Steve Kerr thanks Klay Thompson, explains why Warriors icon left – NBC Sports Bay Area and California


LAS VEGAS – Steve Kerr's current main responsibility is to make sure the historically strong group of superstars for Team USA men's basketball gets the job done at the 2024 Paris Summer Olympics and brings home the gold medal.

The Warriors coach is also not unaware of one of the biggest news in the NBA right now, Klay Thompson moving to the Dallas Mavericks in free agency. Before answering questions from UNLV's Mendenhall Center on the opening day of Team USA training camp on Saturday, Kerr thanked Thompson for his stellar career in a Warriors jersey.

“I want to say thank you to Klay Thompson for 13 incredible years, 10 of which I was there for,” Kerr said. “What he did for the team, the organization, the Bay Area and for me personally — the relationship we have, all the incredible successes, but most importantly, going through all of this together has been so meaningful and amazing.

“We'll miss Clay. We wish him all the best. These things rarely go exactly the way you want them to, where you get to prepare it and implement it and all go out together. We were hoping it might happen, but it didn't and we wish Clay all the best.”

“We love him and we're going to miss him. Clay, if you're watching this, thank you for everything.”

Thompson was 24 and entering his fourth season as a Warriors coach when Kerr took over from Mark Jackson as head coach. Kerr was 49 at the time and beginning his first experience as a coach in any capacity. The Southern California natives, who have a love for the beach, were a perfect fit for each other.

Bolstering a backcourt talent that included two of the greatest shooters of all time — Thompson and Steph Curry — the former Warriors shooting guard became an All-Star in Kerr's first year as head coach. They also won their first title together in the 2014-15 season, starting five straight trips to the NBA Finals and fitting in for three rings.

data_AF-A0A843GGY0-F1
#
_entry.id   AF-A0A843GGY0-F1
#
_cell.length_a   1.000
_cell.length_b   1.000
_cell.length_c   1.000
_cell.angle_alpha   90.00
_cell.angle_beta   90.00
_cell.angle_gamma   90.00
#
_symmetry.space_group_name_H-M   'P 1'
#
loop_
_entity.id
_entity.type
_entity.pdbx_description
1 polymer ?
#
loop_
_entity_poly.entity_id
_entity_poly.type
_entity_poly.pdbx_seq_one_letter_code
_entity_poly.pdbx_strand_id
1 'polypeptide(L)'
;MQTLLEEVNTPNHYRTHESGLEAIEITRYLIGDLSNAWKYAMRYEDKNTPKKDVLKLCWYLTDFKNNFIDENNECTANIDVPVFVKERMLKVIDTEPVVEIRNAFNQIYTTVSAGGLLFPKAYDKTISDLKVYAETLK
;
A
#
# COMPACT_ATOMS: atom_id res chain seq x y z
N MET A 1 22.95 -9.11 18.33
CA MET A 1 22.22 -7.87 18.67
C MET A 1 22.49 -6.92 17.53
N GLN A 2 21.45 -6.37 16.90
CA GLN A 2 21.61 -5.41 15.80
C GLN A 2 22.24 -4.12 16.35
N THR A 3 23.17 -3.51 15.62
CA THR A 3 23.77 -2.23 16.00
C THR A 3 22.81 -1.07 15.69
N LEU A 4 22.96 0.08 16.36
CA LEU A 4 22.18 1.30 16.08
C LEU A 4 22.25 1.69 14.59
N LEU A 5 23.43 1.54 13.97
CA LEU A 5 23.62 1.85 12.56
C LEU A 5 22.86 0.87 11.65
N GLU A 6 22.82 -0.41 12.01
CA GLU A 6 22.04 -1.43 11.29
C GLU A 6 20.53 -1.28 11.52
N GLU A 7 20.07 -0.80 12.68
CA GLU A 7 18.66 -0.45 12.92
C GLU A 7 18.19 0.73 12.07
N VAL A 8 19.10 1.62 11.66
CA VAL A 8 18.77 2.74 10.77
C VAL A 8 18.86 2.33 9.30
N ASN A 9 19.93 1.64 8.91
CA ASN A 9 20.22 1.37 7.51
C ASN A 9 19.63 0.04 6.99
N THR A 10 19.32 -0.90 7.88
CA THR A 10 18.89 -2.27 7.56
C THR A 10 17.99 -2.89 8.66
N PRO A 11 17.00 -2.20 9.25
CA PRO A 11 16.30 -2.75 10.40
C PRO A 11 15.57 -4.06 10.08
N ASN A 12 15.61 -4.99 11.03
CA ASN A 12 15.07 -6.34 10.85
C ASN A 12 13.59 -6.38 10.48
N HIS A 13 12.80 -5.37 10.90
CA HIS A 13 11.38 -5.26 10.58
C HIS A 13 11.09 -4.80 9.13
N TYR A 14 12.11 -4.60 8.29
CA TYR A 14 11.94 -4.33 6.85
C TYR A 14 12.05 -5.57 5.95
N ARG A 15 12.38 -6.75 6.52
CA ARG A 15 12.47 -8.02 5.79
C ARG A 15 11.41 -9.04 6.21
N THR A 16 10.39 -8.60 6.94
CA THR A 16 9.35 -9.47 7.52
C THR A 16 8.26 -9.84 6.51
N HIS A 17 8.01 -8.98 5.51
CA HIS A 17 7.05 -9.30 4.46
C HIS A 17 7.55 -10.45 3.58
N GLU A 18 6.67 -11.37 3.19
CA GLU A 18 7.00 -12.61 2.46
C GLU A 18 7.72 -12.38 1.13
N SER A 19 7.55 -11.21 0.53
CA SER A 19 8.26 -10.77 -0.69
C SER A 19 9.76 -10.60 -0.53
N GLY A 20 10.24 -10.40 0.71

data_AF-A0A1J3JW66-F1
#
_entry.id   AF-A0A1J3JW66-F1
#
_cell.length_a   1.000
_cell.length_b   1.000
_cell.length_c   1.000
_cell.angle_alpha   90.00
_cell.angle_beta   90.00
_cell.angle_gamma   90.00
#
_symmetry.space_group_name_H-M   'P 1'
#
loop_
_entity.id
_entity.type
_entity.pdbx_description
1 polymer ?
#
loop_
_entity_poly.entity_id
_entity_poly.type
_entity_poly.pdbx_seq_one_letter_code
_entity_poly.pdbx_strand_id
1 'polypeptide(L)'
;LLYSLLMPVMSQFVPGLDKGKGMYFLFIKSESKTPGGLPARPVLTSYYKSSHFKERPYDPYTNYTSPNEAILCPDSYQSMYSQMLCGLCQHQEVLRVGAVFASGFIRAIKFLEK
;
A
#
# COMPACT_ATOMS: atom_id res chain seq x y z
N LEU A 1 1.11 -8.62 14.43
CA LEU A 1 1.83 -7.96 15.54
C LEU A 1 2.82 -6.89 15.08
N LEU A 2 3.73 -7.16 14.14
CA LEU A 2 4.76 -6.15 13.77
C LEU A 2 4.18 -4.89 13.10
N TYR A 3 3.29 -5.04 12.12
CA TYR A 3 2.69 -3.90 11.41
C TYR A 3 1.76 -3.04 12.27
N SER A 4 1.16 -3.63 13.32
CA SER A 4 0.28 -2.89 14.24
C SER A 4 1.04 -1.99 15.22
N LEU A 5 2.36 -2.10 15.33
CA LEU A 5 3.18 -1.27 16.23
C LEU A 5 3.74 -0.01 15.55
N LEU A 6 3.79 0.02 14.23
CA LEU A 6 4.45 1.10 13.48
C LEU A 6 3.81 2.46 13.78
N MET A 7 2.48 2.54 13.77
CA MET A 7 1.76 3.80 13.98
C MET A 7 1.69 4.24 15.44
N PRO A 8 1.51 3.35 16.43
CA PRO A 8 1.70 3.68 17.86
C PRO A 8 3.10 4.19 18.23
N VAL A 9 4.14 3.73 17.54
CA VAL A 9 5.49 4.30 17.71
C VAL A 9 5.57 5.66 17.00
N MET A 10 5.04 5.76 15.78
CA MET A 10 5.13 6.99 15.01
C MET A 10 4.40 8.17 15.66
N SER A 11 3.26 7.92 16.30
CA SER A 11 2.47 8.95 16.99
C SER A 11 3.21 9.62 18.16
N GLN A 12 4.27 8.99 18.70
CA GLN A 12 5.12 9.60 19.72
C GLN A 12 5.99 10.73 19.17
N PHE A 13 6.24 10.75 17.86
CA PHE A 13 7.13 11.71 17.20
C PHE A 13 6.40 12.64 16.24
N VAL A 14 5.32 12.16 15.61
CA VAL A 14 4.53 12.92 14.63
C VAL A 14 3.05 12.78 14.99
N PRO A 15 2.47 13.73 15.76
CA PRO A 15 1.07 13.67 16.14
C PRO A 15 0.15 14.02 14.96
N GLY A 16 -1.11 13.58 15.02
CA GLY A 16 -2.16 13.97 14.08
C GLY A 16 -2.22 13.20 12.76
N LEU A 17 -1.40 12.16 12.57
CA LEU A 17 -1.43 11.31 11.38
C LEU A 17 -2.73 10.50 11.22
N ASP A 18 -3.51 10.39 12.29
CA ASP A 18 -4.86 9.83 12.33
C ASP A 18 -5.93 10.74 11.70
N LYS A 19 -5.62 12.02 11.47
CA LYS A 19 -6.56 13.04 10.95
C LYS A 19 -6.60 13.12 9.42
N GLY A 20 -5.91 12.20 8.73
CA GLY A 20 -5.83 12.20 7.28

That 2014-15 season was Thompson's first as an All-Star. He earned the honor five consecutive years, was named All-NBA in his first two seasons coached by Kerr and was named to the All-Defensive team in 2018-19.

All of the emotions of Thompson turning the page and starting a new chapter have yet to fully hit Kerr. The two spoke during Thompson’s decision, and Kerr says he now has “a really good overview” of the 34-year-old’s mindset, which he feels is best for him at this stage of his career. After playing three years at Washington State, the only basketball homes Thompson knows are in the Bay Area at Oakland’s Oracle Arena and San Francisco’s Chase Center.

The playing career that Kerr lived included six different cities that served as his NBA home: Phoenix, Cleveland, Orlando, Chicago, San Antonio and Portland. Change may be necessary, even essential for some. Of course, Kerr wanted Thompson's path to the Hall of Fame to be straight.

It’s taking a turn in Dallas, though it won’t hurt his reputation in their hearts as their longest-tenured coach.

“I completely understand,” Kerr said. “Sometimes in life, we all need a change. Just a fresh start, whatever it is. No matter what profession you're in, sometimes you just need a change, and I think that's it. That's the easiest way to explain why Clay is leaving. … It's going to be really weird on media day when he's not there.”

Battling two leg injuries — a torn ACL in Game 6 of the 2019 Finals and a torn Achilles in November 2020 — has been heartbreaking for Thompson. The past few years have been a struggle mentally and physically that Thompson could never have imagined. How could he have done this?

He was sent to the bench for the first time under Kerr last season, replaced by a rookie, Brandin Podziemski. As Thompson's body and game changed, so did his role on the Warriors. He felt disrespected, even though the Warriors offered him a contract last offseason that was $2 million less than the one he signed with the Mavericks, and more than $7 million per season than his new contract.

What may seem like bad blood from an intense divorce between player and front office is nowhere close to Kerr's everlasting love for Thompson, and vice versa. They spent glory days together, and Thompson felt the deep pain of being sidelined for two-plus years of his prime before the Splash Brother returned to the court, celebrating as champions once again.

And the two likely shed a tear as they discussed Thompson’s departure.

“It's never easy when these things start to end, but the biggest thing is that the relationships last,” Kerr said. “The memories last. Clay will have a statue outside of Chase one day. He will always be beloved by his teammates and coaches and our fans.

“It's never easy, but I think it's going to work out OK for everybody.”

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